So you might like to tell me why the first statement is true, but the second false, without divorcing the concepts from their referents.

Brendan 




Post 93

Friday, August 26, 2005 - 5:06pmSanction this postReply
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MSK wrote:
The axiomatic concept of existence and the axiomatic concept consciousness are so interrelated and intertwined as to be dependent on each other.
I don't buy it. I believe that as a young child I had concepts of existents -- entities and attributes -- and hence a rudimentary concept of existence (CE) before I had a concept of consciousness (CC). Later I formed a CC and probably later yet decided that my CC is a part of my CE, like consciousness is part of existence. "Dependency" between CC and CE doesn't seem like the correct word.




Post 94

Friday, August 26, 2005 - 5:42pmSanction this postReply
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Merlin,

I don't mind changing the term. Intertwined suits me just fine. The point is that concepts cannot exist without a consciousness. And there is no consciousness without existence. There is existence without a consciousness. And there is awareness without concepts.

You are probably right that the awareness of the concept of existence develops in a child sooner than the awareness of the concept of consciousness.

On an adult level, however, the interconnection of axiomatic concepts is pretty evident. Like I stated on another thread, they are like facets of the same stone than like different stones.

Brendan,

You still confuse the referent with the tag you put on it to identify it (concept).

On a tangent, think about this. The number of things (including variety, place, time, etc.) is a standard of measurement. If you eliminate the measurement, but include all things everywhere for all time, you get the concept "existence."

Michael




Post 95

Friday, August 26, 2005 - 6:22pmSanction this postReply
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Michael: “You still confuse the referent with the tag you put on it to identify it (concept).”

In fact, I have been very careful to distinguish the concept from the referents. Here is the concept: “Existence”. Here is the referent: “existence”. I’m not sure how I can make the distinction clearer.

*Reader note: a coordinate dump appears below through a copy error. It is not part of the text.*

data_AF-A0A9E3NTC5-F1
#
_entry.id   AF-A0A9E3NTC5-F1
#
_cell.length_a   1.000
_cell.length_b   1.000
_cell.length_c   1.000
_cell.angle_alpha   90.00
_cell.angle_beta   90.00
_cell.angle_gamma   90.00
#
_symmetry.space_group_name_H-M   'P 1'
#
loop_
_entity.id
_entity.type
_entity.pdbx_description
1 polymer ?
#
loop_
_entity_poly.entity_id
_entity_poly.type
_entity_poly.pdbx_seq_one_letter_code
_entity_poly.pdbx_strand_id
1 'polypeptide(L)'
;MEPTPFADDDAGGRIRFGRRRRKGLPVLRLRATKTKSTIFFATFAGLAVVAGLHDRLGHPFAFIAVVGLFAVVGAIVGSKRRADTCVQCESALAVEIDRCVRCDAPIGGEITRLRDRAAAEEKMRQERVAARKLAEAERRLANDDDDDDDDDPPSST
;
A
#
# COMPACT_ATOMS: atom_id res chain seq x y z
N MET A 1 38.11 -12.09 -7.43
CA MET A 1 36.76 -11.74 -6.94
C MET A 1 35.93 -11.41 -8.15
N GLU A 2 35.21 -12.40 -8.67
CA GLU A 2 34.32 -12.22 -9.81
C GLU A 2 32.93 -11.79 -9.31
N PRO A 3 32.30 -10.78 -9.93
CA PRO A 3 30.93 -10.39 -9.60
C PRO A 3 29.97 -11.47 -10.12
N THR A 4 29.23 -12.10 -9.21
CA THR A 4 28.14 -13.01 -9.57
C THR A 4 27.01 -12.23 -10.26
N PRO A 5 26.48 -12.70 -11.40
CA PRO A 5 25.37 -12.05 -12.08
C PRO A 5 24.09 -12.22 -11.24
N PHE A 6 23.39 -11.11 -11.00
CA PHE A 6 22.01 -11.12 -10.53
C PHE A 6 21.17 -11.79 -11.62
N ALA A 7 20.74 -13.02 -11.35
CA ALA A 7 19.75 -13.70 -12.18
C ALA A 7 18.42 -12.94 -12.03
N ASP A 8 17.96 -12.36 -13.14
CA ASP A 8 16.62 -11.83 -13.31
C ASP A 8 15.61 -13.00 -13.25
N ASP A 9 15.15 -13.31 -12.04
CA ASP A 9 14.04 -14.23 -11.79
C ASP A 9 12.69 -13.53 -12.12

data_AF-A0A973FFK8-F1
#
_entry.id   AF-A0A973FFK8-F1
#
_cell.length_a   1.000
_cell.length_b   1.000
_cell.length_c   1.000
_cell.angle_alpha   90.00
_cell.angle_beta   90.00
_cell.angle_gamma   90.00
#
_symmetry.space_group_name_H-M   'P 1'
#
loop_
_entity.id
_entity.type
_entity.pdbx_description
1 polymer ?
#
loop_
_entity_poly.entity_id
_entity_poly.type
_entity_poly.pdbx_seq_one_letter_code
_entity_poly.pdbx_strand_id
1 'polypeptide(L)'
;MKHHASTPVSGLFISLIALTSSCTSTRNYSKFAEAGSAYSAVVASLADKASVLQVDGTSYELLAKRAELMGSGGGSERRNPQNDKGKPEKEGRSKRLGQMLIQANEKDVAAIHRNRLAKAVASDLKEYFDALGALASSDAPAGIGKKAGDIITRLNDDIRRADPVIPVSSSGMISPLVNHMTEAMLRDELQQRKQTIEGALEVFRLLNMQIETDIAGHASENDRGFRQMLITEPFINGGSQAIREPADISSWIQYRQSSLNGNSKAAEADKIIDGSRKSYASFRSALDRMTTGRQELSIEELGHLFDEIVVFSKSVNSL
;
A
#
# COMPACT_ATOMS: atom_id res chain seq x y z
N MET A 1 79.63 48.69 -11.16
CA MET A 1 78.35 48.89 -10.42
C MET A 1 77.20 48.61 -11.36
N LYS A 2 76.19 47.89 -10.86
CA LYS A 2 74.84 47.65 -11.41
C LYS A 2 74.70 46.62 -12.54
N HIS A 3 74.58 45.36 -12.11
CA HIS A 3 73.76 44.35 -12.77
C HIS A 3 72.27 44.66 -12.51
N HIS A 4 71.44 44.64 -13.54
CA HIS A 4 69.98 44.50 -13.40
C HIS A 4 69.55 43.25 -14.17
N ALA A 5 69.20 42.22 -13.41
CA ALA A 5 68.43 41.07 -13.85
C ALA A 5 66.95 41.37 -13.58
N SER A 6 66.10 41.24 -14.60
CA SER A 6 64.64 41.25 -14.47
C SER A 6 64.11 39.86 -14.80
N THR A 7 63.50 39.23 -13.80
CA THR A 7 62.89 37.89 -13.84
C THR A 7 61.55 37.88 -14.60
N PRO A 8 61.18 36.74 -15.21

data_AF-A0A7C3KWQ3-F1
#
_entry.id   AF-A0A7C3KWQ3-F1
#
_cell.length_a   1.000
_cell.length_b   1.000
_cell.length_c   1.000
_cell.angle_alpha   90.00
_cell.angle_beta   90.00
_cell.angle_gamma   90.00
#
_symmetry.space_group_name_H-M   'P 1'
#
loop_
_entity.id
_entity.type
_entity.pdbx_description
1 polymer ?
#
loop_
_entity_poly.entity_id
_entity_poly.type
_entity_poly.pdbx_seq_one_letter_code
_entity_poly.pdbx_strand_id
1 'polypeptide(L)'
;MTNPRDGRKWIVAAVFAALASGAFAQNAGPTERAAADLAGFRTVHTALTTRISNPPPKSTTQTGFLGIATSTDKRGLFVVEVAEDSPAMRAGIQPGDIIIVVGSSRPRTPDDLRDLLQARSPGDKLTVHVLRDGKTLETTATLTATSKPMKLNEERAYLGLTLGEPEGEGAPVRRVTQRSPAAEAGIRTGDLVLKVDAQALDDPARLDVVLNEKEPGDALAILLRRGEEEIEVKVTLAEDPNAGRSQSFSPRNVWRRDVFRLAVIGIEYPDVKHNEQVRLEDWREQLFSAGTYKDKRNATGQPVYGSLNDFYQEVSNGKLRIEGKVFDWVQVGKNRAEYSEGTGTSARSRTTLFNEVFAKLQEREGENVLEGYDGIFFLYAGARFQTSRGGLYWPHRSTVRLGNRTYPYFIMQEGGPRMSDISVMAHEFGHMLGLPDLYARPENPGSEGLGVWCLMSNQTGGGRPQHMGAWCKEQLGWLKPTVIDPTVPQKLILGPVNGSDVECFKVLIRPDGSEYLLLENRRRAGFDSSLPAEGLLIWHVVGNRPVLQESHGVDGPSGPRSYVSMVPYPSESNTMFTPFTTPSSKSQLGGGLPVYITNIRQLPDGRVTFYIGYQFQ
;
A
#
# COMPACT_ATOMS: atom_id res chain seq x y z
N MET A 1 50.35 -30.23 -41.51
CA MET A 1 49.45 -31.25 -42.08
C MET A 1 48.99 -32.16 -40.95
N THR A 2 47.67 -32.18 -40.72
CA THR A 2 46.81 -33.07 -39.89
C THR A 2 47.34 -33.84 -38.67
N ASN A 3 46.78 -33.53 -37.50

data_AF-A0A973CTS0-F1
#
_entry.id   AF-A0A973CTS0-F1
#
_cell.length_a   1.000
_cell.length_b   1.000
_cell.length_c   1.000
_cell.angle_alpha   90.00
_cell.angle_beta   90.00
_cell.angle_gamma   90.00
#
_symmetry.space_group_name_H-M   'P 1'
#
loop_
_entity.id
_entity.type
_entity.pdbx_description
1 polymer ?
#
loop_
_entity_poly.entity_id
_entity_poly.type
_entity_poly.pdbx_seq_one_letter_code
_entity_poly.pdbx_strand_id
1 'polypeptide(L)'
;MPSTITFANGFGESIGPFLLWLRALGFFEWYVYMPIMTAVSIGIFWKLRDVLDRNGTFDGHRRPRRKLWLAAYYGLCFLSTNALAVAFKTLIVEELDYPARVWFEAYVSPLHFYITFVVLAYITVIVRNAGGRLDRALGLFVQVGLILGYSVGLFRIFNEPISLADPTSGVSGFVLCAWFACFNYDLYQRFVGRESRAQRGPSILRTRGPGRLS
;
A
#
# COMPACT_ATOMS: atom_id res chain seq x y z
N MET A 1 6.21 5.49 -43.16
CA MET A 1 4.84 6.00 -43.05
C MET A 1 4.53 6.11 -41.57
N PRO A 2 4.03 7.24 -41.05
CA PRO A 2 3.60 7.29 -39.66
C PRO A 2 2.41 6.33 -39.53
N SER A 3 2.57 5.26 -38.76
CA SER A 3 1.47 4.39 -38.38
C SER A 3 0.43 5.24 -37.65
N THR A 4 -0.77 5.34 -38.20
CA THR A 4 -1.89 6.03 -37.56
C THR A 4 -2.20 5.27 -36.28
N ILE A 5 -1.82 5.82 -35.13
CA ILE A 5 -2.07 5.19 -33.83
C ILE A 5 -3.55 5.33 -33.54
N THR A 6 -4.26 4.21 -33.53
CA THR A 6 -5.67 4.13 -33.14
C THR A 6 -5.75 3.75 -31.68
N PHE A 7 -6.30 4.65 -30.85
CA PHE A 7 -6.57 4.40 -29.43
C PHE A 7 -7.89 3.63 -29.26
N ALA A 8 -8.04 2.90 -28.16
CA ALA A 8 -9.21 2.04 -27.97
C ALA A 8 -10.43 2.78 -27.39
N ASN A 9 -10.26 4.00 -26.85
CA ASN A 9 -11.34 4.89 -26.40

Perhaps you have a way of identifying the concept that clearly distinguishes it from the referents. Why not share your knowledge for our benefit?

More to the point, you have failed to address the following:

a) “Existence depends on Consciousness” is a true statement. Yes or no?

b) “existence depends on consciousness” is a false statement. Yes or no? 

Brendan




Post 96

Friday, August 26, 2005 - 6:40pmSanction this postReply
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Brendan,

3 (a) “Existence depends on Consciousness” is a true statement; but (b) “existence depends on consciousness” is a false statement.  

Why is (a) a true statement? I don't think it's accepted in Objectivist circles that the concept of existence depends on the concept of consciousness. I think Ed clarified this already. We don't need a concept of consciousness to have a concept of existence. Rand said as much in her Intro to Objectivist Epistemology. IIRC, she asserted that we don't develop a concept of consciousness till much later after we've already developed a concept of existence.

But if Existence means “existence”, and Consciousness mean “consciousness”, both statements 3 (a) and (b) should be true, because the respective terms have the same meaning.

First, (a) is making an epistemic claim. (b) is making a metaphysical claim. When we talk concepts we're usually focusing on epistemology. When we talk existents, we're usually focusing on metaphysics. So the contexts are different.